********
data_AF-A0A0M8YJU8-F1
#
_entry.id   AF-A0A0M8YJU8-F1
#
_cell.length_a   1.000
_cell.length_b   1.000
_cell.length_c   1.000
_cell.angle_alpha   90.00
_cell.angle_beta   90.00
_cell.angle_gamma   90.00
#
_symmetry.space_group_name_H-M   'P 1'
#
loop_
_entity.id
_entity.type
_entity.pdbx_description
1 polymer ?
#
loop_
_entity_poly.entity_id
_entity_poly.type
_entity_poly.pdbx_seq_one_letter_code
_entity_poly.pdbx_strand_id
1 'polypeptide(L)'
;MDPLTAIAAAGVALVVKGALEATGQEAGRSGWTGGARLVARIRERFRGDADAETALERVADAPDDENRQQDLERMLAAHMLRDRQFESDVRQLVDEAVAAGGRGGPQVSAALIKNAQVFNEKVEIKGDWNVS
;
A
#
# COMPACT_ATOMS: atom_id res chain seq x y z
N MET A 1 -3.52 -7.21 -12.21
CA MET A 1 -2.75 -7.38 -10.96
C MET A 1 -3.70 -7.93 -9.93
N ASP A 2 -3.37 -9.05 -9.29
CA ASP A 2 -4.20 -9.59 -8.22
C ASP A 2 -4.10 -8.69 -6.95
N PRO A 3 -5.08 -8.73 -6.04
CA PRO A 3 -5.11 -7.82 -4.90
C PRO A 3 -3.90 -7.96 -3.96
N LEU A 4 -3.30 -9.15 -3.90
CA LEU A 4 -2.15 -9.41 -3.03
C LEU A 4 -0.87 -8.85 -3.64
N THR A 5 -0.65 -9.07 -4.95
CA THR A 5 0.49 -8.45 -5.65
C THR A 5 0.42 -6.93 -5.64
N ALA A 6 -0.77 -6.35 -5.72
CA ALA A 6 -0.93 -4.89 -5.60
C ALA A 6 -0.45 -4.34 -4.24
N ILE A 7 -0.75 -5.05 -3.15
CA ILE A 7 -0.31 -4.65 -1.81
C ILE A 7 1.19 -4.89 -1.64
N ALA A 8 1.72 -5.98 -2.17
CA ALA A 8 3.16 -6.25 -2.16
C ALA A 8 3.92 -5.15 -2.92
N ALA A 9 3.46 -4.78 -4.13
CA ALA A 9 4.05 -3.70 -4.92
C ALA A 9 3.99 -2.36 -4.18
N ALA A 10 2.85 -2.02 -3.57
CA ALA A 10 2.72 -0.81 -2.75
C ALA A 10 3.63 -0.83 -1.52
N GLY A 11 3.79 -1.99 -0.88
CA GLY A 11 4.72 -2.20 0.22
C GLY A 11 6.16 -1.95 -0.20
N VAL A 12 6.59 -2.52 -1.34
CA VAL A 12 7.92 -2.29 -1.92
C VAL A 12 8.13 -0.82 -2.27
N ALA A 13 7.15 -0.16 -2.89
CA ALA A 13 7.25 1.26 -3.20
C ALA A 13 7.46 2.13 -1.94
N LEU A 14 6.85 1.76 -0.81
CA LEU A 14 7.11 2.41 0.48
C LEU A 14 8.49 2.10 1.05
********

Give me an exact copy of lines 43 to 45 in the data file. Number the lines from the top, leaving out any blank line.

N THR A 5 -0.65 -9.07 -4.95
CA THR A 5 0.49 -8.45 -5.65
C THR A 5 0.42 -6.93 -5.64